The Magic Brocade: A Tale of China (English/Spanish Edition)

Overview

About the Author:

Aaron Shepard is the author of Master Man, The Sea King's Daughter, The Baker's Dozen, and many more picture books, as well as numerous stories in Cricket. His retellings of folktales and other traditional literature have been honored by the American Library Association, the National Council for the Social Studies, and the American Folklore Society. He lives in California.

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Overview

About the Author:

Aaron Shepard is the author of Master Man, The Sea King's Daughter, The Baker's Dozen, and many more picture books, as well as numerous stories in Cricket. His retellings of folktales and other traditional literature have been honored by the American Library Association, the National Council for the Social Studies, and the American Folklore Society. He lives in California.

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Editorial Reviews

Children's Literature
This folktale is retold from "The Piece of Chuang Brocade" from Folk Tales from China, published in Peking in 1958. It is told here in both English and Spanish. An old widow in China made her living weaving brocades that were much in demand. One day, after selling her brocades in the market, a beautiful painting caught her eye. She bought it and made a brocade of the wonderful palace scene it depicted, working day and night at the expense of her health. As her son was holding and admiring it, a sudden wind came through their cottage and blew the brocade away. His mother's health failed immediately. When she finally opened her eyes, she told her son he must find the brocade, as she could not live without it. He set off on his journey, and met a woman who told him to take her horse, and that he would face two challenges to his path¾it was imperative that he not complain about the heat on the Fiery Mountain or the cold in the Icy Sea. He reached his goal and was persuaded by the lovely fairy lady to stay one day so she might finish her copy of the widow's work. Into hers, however, she wove her own image on the palace steps. The next morning the son took the brocade back to his dying mother. When they took it outside a sudden wind lifted the brocade and stretched it. Chen and his mother stepped inside where Chen was reunited with the lovely fairy lady, and his mother was pleased to become teacher to the fairies. Lovely, soft watercolors richly illustrate the dreaminess of this tale with cultural authenticity. The book has wonderful aspects, and the sum is greater than its parts. 2000, Edustar Press, $16.95. Ages 5 to 12. Reviewer:Candace Deisley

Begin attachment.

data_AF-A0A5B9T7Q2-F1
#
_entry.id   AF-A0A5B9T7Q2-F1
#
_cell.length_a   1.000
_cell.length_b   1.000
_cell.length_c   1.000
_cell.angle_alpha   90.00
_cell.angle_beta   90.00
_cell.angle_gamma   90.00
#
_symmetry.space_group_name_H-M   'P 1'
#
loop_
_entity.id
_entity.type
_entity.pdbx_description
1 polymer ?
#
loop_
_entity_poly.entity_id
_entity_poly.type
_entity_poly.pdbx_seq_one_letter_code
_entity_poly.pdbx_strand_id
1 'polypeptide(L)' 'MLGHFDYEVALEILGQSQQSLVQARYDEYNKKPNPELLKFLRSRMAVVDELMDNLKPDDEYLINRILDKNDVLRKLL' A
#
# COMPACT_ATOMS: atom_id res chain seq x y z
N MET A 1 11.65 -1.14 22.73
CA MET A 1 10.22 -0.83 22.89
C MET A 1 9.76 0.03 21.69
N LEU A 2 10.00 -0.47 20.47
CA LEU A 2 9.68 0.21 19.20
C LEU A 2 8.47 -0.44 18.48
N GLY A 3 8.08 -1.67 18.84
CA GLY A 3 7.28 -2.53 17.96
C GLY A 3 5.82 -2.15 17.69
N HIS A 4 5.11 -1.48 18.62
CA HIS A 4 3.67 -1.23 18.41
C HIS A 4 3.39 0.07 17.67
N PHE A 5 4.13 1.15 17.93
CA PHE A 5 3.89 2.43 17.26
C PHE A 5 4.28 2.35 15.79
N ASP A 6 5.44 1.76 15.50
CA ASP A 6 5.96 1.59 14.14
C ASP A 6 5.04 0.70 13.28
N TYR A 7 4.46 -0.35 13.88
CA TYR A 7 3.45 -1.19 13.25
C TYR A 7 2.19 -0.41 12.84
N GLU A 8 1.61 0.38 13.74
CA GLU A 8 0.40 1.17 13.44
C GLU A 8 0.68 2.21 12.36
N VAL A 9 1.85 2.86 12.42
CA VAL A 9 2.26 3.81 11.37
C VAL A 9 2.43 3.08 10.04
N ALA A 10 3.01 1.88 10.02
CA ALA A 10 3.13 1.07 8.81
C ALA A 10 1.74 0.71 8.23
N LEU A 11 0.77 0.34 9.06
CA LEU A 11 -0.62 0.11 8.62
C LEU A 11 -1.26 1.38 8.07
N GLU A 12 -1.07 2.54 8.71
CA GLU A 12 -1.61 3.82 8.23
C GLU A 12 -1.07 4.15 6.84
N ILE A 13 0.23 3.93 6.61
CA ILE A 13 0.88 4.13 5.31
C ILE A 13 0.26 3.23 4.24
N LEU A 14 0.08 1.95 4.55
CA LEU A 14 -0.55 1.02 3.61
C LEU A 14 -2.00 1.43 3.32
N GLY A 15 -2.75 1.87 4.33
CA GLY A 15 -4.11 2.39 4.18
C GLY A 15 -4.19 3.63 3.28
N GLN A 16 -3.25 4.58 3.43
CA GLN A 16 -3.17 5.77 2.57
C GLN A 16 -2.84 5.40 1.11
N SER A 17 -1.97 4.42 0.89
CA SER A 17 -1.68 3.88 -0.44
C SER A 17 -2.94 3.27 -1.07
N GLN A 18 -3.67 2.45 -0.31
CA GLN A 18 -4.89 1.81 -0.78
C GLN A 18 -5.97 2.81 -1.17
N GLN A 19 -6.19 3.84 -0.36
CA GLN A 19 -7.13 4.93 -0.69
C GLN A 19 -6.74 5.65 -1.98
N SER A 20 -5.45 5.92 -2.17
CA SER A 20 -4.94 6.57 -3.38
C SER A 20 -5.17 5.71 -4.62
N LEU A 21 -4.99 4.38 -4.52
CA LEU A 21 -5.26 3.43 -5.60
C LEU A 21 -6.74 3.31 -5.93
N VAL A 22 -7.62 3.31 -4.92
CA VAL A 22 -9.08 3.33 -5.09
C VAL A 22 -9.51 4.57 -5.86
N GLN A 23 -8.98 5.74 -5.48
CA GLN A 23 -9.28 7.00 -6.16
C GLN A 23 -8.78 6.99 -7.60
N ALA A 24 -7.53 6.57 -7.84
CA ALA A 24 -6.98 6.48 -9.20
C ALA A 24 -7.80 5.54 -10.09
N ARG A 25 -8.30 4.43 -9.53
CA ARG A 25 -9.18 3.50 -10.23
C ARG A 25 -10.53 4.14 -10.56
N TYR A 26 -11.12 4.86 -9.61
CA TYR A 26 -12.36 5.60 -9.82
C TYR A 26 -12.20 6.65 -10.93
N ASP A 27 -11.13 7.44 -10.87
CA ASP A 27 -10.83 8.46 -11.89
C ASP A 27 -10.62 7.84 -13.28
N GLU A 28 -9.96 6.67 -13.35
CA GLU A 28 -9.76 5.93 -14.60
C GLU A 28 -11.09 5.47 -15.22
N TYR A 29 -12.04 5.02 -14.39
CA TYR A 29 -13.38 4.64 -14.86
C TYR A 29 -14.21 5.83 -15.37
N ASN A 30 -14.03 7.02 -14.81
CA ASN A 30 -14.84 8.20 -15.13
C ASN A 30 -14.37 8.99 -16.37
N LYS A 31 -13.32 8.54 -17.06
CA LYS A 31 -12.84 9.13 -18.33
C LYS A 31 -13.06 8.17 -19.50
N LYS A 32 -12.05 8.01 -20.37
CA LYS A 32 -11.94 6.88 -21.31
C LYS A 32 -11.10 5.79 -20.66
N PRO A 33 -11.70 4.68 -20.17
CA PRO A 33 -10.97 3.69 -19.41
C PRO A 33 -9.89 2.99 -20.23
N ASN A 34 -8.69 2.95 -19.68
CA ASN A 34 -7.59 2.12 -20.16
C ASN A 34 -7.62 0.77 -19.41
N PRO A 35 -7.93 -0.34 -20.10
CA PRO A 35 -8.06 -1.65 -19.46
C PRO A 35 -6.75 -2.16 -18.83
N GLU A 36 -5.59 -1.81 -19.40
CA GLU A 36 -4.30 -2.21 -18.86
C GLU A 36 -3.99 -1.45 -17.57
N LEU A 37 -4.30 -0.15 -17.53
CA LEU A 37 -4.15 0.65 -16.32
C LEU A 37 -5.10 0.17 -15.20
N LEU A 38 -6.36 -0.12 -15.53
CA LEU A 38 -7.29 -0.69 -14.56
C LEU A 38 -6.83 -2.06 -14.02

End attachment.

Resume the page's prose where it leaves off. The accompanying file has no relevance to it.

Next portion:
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Product Details

  • ISBN-13: 9781572270657
  • Publisher: Pan Asian Publications (U S A), Incorporated
  • Publication date: 1/28/2000
  • Pages: 32
  • Age range: 8 - 12 Years
  • Product dimensions: 8.72 (w) x 11.26 (h) x 0.32 (d)

Read an Excerpt

One day, Chen came in to find the loom empty and the widow sobbing. "What's wrong, Mother?" he asked in alarm.

She looked at him tearfully. "I finished it."

The brocade was laid out on the floor. And there it all was -- the palace reaching to the sky, the beautiful gardens, the lovely fairy ladies.

"It looks so real," said Chen in amazement. "I feel like I could step into it!"

Just then, a sudden wind whipped through the cottage. It lifted the brocade, blew it out the window, and carried it through the air. The widow and her son rushed outside, only to watch the brocade disappear into the east.

"It's gone!" cried the widow, and she fainted away.

Chen carried her to her bed and sat beside her for many hours. At last her eyes opened.

"Chen," she said weakly, "you must find the brocade and bring it back."

"Don't worry, Mother. I'll go at once."

Chen gathered a few things and started to the east. He walked for hours, then days, then weeks. But there was no sign of the brocade.

One day, Chen came upon a lonely hut. Sitting by the door was an old, leather-skinned woman smoking a pipe. A horse was grazing nearby.

"Hello, deary," said the woman. "What brings you so far from home?"

"I'm looking for my mother's brocade. The wind carried it to the east."

"Ah, yes," said the woman. "The brocade of Sun Palace! Well, that wind was sent by the fairy ladies of the palace itself. They're using the brocade as a pattern for their weaving."

"But my mother will die without it!"

"Well, then, you had best get it back! But you won't get to Sun Palace by foot, so you'd better ride my horse. It will show you the way."

"Thank you!" said Chen.

"Oh, don't thank me yet, deary. Between here and there, you must pass through the flames of Fiery Mountain. If you make a single sound of complaint, you'll be burnt to ashes. After that, you must cross the Icy Sea. The smallest word of discontent, and you'll be frozen solid. Do you still want to go?"

"I must get back my mother's brocade."

"Good boy. Take the horse and go."

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